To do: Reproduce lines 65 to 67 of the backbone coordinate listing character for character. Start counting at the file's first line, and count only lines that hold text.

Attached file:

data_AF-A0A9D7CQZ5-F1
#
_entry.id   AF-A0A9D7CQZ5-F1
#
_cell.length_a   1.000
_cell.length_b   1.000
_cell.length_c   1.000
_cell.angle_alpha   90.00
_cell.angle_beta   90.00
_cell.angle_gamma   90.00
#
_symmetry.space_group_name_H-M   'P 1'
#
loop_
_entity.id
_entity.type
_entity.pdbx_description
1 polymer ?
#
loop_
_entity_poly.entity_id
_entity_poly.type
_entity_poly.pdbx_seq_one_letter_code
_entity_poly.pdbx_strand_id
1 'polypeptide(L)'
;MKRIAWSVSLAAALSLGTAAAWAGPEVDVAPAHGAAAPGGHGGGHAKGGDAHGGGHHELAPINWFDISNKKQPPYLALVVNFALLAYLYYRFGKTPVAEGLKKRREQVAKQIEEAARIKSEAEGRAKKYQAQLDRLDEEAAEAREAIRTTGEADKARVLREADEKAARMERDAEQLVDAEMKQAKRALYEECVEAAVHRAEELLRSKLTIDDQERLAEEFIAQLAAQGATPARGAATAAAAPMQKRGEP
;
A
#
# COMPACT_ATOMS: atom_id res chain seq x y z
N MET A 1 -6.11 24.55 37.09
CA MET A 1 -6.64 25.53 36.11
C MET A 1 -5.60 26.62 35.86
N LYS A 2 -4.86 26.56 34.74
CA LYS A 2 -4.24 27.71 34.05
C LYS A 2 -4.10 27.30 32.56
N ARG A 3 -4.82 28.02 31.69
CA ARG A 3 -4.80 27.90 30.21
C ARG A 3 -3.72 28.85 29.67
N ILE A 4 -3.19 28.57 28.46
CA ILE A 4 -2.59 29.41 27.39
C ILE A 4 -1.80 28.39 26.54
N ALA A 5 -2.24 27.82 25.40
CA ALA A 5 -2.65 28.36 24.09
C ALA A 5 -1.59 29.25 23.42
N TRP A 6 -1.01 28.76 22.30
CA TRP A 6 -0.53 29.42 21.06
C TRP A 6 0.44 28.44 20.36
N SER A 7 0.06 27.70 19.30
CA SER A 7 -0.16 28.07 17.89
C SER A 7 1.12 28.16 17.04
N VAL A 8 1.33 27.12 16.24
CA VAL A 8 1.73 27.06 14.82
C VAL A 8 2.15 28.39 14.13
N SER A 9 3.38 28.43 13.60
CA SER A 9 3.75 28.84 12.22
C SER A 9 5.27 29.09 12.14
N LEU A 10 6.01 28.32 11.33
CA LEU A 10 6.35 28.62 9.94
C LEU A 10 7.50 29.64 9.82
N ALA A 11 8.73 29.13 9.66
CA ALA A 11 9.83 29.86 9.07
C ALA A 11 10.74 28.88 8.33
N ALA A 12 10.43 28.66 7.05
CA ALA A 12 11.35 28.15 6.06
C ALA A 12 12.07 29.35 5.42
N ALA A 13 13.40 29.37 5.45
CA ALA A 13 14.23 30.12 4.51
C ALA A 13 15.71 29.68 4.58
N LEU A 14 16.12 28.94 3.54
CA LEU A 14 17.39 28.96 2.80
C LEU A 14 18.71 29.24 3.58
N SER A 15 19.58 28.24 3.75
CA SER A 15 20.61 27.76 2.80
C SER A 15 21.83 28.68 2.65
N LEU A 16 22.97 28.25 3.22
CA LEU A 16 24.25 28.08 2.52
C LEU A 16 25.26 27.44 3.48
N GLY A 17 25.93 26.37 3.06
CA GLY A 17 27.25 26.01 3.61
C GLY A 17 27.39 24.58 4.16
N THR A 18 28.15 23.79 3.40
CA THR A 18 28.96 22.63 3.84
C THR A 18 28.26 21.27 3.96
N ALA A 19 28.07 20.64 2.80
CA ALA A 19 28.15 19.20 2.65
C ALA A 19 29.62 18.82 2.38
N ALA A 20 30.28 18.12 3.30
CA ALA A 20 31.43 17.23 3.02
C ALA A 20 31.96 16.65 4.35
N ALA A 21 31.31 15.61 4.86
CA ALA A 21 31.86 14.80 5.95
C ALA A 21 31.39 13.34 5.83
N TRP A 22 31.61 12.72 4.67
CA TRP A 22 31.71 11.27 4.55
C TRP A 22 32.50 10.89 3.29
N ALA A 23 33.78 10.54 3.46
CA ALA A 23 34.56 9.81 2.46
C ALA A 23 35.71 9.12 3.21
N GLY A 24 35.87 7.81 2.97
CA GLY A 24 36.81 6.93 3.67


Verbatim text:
CA ALA A 12 11.35 28.15 6.06
C ALA A 12 12.07 29.35 5.42
N ALA A 13 13.40 29.37 5.45